Ron
 

MrChips

Joined Oct 2, 2009
19,160
There are too many unknowns to be able to come to a conclusive answer.

What is the make and model of the current meter?
What is its frequency range for measuring true RMS current?
What shape waveform is the meter designed to measure?
How does it measure true RMS current?
What is the internal impedance of the meter?
Does the meter account for power factor?
 

GopherT

Joined Nov 23, 2012
7,983
The meter was set to measure True RMS, and the fundamental frequency (square wave) was at about 150 kHz (well within the meters capabilities). It displayed an exact value above and below the resconance frequency, but around the resconance point it started behaving strangely (bouncing up and down without showing an exact value). Can the higher harmonics be the problem? The peak value of the square wave was 4.5 V.

What meter are you using? A Fluke87, for example, can only read True RMS up to 20 kHz. I would love a meter that can comply at 150kHz or more.
 

Thread Starter

AngryGecko

Joined Jul 7, 2017
44
What meter are you using? A Fluke87, for example, can only read True RMS up to 20 kHz. I would love a meter that can comply at 150kHz or more.
Didn't know that! I based my fact on its capabilities of handling frequencies up to 10MHz (when measuring frequency, which seems to be irrelevant when measuring current). If the frequency is above the 'True RMS' range, is it displaying it in average instead? Btw its a UNI-T UT61D and im pretty sure it has a lower frequency limit than the fluke.
 

Thread Starter

AngryGecko

Joined Jul 7, 2017
44
An oscilloscope is probably whats needed here to get a good measurement. Thanks for the help!
 

GopherT

Joined Nov 23, 2012
7,983
Didn't know that! I based my fact on its capabilities of handling frequencies up to 10MHz (when measuring frequency, which seems to be irrelevant when measuring current). If the frequency is above the 'True RMS' range, is it displaying it in average instead? Btw its a UNI-T UT61D and im pretty sure it has a lower frequency limit than the fluke.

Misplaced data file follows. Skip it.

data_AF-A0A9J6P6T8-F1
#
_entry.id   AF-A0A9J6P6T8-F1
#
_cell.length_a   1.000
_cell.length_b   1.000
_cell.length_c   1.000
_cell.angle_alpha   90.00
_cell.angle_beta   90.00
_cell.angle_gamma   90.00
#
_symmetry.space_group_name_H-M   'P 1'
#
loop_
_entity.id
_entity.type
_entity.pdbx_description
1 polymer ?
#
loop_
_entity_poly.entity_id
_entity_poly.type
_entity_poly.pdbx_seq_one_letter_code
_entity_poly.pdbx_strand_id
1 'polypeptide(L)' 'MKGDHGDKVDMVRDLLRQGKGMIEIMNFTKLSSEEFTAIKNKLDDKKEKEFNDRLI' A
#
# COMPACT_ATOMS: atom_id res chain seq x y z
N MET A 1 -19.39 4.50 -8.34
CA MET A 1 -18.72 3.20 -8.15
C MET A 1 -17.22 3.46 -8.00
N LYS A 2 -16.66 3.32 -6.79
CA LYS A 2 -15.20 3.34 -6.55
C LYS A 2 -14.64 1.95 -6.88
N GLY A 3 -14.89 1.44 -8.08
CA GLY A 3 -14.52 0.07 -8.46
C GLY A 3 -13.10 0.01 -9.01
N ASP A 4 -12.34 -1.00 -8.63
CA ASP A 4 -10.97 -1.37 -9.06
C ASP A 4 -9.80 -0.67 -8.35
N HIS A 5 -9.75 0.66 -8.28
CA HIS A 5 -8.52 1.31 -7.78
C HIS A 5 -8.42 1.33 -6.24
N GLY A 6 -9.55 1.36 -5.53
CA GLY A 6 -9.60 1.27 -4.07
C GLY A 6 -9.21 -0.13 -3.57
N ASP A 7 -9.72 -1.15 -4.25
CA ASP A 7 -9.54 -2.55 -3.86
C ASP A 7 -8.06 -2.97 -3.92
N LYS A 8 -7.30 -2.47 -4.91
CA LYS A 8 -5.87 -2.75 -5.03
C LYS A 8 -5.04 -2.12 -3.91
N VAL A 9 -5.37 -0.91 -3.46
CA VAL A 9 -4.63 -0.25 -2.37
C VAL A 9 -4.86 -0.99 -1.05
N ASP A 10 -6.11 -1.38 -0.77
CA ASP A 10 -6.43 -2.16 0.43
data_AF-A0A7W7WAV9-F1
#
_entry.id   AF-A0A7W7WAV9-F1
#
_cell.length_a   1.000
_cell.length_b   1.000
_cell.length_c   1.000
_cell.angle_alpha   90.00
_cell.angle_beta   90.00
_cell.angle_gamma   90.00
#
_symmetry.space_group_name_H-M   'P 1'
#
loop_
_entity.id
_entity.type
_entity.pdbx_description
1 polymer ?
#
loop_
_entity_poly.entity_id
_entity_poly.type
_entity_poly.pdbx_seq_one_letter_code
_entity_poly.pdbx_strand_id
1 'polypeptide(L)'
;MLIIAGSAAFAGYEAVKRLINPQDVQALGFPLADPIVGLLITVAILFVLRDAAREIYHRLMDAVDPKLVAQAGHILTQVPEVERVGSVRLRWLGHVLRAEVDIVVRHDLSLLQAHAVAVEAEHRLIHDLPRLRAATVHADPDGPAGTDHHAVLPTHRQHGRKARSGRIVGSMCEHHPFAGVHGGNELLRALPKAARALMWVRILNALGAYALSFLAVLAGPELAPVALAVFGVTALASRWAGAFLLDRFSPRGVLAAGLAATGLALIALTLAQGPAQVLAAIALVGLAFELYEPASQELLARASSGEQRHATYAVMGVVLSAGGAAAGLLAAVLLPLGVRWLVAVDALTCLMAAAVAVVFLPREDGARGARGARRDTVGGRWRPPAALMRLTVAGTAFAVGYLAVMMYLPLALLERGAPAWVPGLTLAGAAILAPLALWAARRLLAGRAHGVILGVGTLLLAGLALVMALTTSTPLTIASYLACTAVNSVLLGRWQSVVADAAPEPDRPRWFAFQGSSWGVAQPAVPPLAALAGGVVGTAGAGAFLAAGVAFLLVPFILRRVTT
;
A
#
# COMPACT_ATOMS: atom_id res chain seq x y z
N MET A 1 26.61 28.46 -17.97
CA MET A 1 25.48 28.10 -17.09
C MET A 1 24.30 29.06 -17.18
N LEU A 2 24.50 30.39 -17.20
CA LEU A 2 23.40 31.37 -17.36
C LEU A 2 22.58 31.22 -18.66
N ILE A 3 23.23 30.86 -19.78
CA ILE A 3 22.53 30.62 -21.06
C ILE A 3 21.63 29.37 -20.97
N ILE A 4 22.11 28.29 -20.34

From your description, it sounds like you have your circuit and meter connected as follows...
Is that correct?

F35B4B65-1779-4C44-B4C6-9EC977492421.png
 

GopherT

Joined Nov 23, 2012
7,983
Yes. The 4.5V square is the meter right?
Yes, the 4.5 is the meter.

The meter is equivalent to a 10M resistor in most cases (most meters).

Your circuit is not really anything more than an antenna of sorts. What are you hoping to do with the circuit when the meter is not present? A complete circuit will not exist without the meter completing the connection to ground.
 

Thread Starter

AngryGecko

Joined Jul 7, 2017
44
Yes, the 4.5 is the meter.

The meter is equivalent to a 10M resistor in most cases (most meters).

Your circuit is not really anything more than an antenna of sorts. What are you hoping to do with the circuit when the meter is not present? A complete circuit will not exist without the meter completing the connection to ground.
When the meter is not connected, a jumper is shorting it. (It was set to measure current, equivalent to a short in that case) sorry if i was unclear
 

Thread Starter

AngryGecko

Joined Jul 7, 2017
44
You could measure the DC current feeding the oscillator.
Did that, i was more curious about why the multimeter behaved in such a way. Also, will not the 90 degree lag of the inductor current cause a problem with the measurement then? Anyway once the resconance point has been reached, there will be next to no current drawn.
 

BR-549

Joined Sep 22, 2013
4,936
I would think trying to directly measure current at resonance will disturb the resonance.

What are you driving this with?

Have you a schematic?
 

Thread Starter

AngryGecko

Joined Jul 7, 2017
44
I would think trying to directly measure current at resonance will disturb the resonance.

What are you driving this with?

Have you a schematic?
It's a 555 timer that together with a not gate feed an h-bridge.
 
Top